Low Power Wireless Networks in Vineyards; How Do Facebook and YouTube Exacerbate the Spread of Misinformation?
Lupton, William, School of Engineering and Applied Science, University of Virginia
Seabrook, Bryn, EN-Engineering and Society, University of Virginia
Bailey, Reid, Systems Engineering, University of Virginia
Since the inception of the internet, the speed of access and transmission of data has reached new heights and as a result has generated both a variety of opportunities and problems associated with the collection and supervision of data online. The primary motivation of the STS research described in this paper is to highlight the mechanisms through which misinformation can spread online, specifically within the context of the social media platforms Facebook and YouTube. The primary motivation for the technical research described in this paper is to demonstrate the value of collecting granular data in agriculture by utilizing low power, wide-area sensor networks. Both components of this research represent the growing need to develop more effective methodologies to make data-driven operations more efficient while also developing the proper safeguards to prevent unexpected social consequences.
Compared to other agricultural operations, vineyard owners must be prepared to handle a variety of unpredictable factors in order to protect the quality of their harvest. For example, vineyard managers must be able to mitigate damage from threats such as low temperatures, pests, diseases, and improper irrigation. While experience-based judgment is heavily relied on when implementing mitigation actions, data, typically collected from a single weather station in the vineyard, is also currently used by many vineyard managers to inform decisions. Considering that these decisions are affected by soil conditions and microclimates that vary significantly within a single vineyard, a single weather station does not provide the necessary data to optimize decisions. The focus of the technical portion of this paper is to develop and describe an effective and cost-efficient monitoring system that collects more spatially-granular data to reflect the soil conditions and microclimates within a single vineyard. More specifically, this portion of the paper introduces the key functional characteristics of a vineyard monitoring system using low power wide-area sensor networks through ethnological research methods.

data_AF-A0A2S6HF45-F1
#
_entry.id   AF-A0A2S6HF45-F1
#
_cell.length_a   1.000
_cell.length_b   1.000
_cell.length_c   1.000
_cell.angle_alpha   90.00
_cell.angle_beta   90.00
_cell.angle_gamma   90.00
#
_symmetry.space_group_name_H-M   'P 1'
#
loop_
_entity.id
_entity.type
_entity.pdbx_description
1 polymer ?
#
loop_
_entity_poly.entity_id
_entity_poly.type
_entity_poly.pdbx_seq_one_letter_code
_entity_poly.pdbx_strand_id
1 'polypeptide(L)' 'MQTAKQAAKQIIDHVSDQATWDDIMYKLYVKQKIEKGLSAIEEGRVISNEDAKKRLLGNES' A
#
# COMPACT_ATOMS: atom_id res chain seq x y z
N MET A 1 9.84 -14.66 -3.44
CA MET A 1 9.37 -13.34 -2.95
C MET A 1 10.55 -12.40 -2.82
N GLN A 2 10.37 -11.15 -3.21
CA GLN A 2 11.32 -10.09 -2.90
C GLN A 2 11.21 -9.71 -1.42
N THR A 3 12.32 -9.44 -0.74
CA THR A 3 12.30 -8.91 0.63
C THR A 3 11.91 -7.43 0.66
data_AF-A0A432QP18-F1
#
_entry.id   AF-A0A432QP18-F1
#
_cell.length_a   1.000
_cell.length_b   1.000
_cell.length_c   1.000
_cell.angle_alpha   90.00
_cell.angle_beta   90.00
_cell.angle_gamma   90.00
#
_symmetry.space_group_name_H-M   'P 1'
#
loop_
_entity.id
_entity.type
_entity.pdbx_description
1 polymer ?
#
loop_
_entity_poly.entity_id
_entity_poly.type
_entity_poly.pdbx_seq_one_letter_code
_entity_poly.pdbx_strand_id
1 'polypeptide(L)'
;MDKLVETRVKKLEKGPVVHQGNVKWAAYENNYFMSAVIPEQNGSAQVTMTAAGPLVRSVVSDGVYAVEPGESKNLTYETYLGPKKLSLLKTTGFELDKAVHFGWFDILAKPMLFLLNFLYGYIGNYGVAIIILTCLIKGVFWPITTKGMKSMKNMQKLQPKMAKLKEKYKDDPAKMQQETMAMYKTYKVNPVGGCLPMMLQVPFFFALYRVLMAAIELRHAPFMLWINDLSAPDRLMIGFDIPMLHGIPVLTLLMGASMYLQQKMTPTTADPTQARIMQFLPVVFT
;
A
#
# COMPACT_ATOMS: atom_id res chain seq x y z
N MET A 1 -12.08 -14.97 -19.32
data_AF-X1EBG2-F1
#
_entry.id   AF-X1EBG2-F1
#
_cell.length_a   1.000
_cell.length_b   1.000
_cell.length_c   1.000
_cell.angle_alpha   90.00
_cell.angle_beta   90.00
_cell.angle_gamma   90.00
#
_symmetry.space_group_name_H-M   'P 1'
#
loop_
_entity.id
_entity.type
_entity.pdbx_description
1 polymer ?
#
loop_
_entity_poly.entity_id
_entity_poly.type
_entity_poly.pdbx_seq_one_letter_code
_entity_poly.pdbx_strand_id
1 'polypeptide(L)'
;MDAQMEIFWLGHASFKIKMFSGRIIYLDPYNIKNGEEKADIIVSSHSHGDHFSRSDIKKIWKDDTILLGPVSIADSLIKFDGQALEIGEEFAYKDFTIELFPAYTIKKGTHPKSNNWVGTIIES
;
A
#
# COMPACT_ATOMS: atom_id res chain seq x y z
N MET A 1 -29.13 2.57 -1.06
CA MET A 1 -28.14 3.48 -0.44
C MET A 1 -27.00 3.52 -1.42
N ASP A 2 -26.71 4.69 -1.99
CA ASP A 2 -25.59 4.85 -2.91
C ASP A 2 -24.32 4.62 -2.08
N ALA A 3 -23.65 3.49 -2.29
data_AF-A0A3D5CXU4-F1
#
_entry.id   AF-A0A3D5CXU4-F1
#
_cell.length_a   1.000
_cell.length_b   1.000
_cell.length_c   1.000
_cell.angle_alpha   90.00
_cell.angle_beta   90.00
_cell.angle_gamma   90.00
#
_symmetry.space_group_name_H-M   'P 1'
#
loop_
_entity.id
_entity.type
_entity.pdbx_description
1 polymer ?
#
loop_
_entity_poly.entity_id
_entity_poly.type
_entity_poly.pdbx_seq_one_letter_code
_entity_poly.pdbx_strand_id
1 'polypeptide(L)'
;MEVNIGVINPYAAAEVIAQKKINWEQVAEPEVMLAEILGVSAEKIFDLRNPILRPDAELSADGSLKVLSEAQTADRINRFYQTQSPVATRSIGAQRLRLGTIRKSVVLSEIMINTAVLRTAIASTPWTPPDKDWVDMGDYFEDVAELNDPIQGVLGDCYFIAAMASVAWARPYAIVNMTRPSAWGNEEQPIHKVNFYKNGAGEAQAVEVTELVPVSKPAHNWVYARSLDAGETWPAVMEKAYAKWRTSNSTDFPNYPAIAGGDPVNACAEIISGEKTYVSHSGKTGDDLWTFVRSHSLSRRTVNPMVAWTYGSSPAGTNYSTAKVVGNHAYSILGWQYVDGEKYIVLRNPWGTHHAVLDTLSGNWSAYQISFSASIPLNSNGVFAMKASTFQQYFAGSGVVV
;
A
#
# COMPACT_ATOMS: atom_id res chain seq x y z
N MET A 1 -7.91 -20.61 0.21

The STS research portion of this paper investigates the social and technical factors that contribute to the spread of misinformation online in the context of actor network theory. This research aims to define and approach the issue of misinformation from both a technical and social context. More specifically, the paper investigates the technical mechanisms, such as recommendation engines and advertisements, through which misinformation can spread more quickly. In the social context, this paper will aim to use survey results to combine the opinions of policymakers, social media representatives, and scholars to obtain a more holistic understanding of the social impact of misinformation. Furthermore, the paper aims to identify the key actors and stakeholder involved with the spread of misinformation on Facebook and YouTube and utilizes new paper articles to describe the political and financial motivations behind this issue.
Having worked on both the STS and technical research projects concurrently, I not only gained familiarity with the research and development process involving an emerging technology but I also gained a newfound awareness of how quickly our society must adapt to the potential ethical issues these emerging technologies may bring with their adoption. Without this opportunity of working on both the subjects concurrently, I would not have had the opportunity to apply a socio-technical perspective to my technical research.
BS (Bachelor of Science)
Vineyards, Technology, Actor Network Theory
School of Engineering and Applied Science
Bachelor of Science in Systems Engineering
Technical Advisor: Reid Bailey
STS Advisor: Bryn Seabrook
Technical Team Members: Allison Renehan, Bryan Rombach, Anna Haikl, Corey Nolan, Eric Timmons
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